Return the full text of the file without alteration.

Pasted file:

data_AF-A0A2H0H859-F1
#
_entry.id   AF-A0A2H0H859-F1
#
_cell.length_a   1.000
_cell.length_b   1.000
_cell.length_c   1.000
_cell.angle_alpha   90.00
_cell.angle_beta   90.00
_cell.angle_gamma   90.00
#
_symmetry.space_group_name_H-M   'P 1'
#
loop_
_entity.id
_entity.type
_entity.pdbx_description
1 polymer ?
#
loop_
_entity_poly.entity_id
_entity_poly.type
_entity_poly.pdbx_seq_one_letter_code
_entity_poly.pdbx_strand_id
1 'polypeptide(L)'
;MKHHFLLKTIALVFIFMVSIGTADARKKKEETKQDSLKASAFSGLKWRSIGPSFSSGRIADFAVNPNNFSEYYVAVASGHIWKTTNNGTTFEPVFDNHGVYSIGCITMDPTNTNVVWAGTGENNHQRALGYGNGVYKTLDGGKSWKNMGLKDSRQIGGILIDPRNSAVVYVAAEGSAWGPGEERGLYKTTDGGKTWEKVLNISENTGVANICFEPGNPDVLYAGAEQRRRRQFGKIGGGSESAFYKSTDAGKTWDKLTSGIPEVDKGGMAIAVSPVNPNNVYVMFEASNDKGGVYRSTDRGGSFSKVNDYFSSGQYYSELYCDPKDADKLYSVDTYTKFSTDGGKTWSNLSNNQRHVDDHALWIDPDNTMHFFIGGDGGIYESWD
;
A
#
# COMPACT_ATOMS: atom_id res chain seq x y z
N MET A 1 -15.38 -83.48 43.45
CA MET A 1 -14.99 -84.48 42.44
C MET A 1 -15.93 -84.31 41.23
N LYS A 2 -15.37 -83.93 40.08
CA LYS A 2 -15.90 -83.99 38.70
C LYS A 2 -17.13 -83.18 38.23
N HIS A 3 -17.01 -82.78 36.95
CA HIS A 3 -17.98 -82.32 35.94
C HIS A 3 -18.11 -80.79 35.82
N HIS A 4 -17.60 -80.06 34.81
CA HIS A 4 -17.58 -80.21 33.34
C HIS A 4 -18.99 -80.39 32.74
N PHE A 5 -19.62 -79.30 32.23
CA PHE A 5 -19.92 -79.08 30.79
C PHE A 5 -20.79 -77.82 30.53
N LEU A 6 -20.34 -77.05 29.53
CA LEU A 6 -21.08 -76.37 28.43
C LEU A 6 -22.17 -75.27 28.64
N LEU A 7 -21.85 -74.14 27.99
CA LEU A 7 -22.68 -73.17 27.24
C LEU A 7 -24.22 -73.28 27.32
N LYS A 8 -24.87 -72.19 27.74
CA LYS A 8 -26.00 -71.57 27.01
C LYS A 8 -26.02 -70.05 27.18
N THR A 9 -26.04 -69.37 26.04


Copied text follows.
data_AF-A0A2H0H859-F1
#
_entry.id   AF-A0A2H0H859-F1
#
_cell.length_a   1.000
_cell.length_b   1.000
_cell.length_c   1.000
_cell.angle_alpha   90.00
_cell.angle_beta   90.00
_cell.angle_gamma   90.00
#
_symmetry.space_group_name_H-M   'P 1'
#
loop_
_entity.id
_entity.type
_entity.pdbx_description
1 polymer ?
#
loop_
_entity_poly.entity_id
_entity_poly.type
_entity_poly.pdbx_seq_one_letter_code
_entity_poly.pdbx_strand_id
1 'polypeptide(L)'
;MKHHFLLKTIALVFIFMVSIGTADARKKKEETKQDSLKASAFSGLKWRSIGPSFSSGRIADFAVNPNNFSEYYVAVASGHIWKTTNNGTTFEPVFDNHGVYSIGCITMDPTNTNVVWAGTGENNHQRALGYGNGVYKTLDGGKSWKNMGLKDSRQIGGILIDPRNSAVVYVAAEGSAWGPGEERGLYKTTDGGKTWEKVLNISENTGVANICFEPGNPDVLYAGAEQRRRRQFGKIGGGSESAFYKSTDAGKTWDKLTSGIPEVDKGGMAIAVSPVNPNNVYVMFEASNDKGGVYRSTDRGGSFSKVNDYFSSGQYYSELYCDPKDADKLYSVDTYTKFSTDGGKTWSNLSNNQRHVDDHALWIDPDNTMHFFIGGDGGIYESWD
;
A
#
# COMPACT_ATOMS: atom_id res chain seq x y z
N MET A 1 -15.38 -83.48 43.45
CA MET A 1 -14.99 -84.48 42.44
C MET A 1 -15.93 -84.31 41.23
N LYS A 2 -15.37 -83.93 40.08
CA LYS A 2 -15.90 -83.99 38.70
C LYS A 2 -17.13 -83.18 38.23
N HIS A 3 -17.01 -82.78 36.95
CA HIS A 3 -17.98 -82.32 35.94
C HIS A 3 -18.11 -80.79 35.82
N HIS A 4 -17.60 -80.06 34.81
CA HIS A 4 -17.58 -80.21 33.34
C HIS A 4 -18.99 -80.39 32.74
N PHE A 5 -19.62 -79.30 32.23
CA PHE A 5 -19.92 -79.08 30.79
C PHE A 5 -20.79 -77.82 30.53
N LEU A 6 -20.34 -77.05 29.53
CA LEU A 6 -21.08 -76.37 28.43
C LEU A 6 -22.17 -75.27 28.64
N LEU A 7 -21.85 -74.14 27.99
CA LEU A 7 -22.68 -73.17 27.24
C LEU A 7 -24.22 -73.28 27.32
N LYS A 8 -24.87 -72.19 27.74
CA LYS A 8 -26.00 -71.57 27.01
C LYS A 8 -26.02 -70.05 27.18
N THR A 9 -26.04 -69.37 26.04